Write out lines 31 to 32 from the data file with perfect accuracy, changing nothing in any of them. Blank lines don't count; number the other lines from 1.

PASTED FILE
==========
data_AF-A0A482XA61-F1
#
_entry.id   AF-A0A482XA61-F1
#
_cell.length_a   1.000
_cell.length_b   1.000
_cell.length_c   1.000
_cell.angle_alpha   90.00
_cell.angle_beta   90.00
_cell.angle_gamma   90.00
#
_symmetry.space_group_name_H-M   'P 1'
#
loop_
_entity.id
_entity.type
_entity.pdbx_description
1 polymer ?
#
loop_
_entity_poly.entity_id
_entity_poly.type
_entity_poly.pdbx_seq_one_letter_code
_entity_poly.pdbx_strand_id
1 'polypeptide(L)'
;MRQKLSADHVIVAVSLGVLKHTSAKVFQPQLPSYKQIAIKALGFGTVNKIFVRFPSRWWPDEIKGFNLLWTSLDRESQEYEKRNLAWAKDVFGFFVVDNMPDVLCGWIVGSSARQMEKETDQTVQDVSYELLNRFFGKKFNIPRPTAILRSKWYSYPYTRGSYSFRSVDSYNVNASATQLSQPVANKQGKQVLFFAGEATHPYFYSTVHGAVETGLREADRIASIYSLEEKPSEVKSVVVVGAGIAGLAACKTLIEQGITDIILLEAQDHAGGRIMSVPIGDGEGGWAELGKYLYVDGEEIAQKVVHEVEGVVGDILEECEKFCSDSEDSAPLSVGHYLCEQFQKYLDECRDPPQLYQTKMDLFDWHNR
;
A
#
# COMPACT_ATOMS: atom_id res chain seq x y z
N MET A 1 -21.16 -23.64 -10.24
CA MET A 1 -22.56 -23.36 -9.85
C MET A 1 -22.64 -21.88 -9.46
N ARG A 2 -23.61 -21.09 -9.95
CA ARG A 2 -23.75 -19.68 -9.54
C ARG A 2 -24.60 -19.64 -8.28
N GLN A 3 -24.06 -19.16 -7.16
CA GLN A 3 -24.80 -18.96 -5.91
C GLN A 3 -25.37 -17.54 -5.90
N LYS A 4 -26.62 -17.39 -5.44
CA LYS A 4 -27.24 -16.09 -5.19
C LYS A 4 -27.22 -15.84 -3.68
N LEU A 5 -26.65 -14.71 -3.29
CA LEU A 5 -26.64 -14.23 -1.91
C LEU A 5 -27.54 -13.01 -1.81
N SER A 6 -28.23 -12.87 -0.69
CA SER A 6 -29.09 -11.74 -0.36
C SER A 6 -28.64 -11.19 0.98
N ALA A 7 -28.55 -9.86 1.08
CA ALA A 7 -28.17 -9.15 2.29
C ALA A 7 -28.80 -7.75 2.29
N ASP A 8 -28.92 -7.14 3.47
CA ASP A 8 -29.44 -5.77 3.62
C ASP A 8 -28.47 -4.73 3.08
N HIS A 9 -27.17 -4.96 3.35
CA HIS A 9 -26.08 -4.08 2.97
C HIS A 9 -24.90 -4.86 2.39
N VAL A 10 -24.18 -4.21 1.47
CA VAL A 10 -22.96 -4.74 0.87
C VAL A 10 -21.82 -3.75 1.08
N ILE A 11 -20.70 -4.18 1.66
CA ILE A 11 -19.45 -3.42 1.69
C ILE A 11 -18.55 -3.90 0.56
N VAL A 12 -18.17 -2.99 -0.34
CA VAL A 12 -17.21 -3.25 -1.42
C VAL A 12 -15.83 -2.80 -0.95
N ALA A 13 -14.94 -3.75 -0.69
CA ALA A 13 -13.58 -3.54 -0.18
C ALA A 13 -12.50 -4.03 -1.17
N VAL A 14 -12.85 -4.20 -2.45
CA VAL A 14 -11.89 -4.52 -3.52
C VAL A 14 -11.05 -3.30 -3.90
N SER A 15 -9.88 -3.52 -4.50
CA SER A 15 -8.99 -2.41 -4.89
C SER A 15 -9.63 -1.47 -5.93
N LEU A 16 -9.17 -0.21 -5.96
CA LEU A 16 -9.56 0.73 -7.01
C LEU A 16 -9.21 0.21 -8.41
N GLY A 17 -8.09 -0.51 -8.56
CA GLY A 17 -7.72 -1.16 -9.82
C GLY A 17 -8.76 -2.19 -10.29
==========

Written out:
N MET A 1 -21.16 -23.64 -10.24
CA MET A 1 -22.56 -23.36 -9.85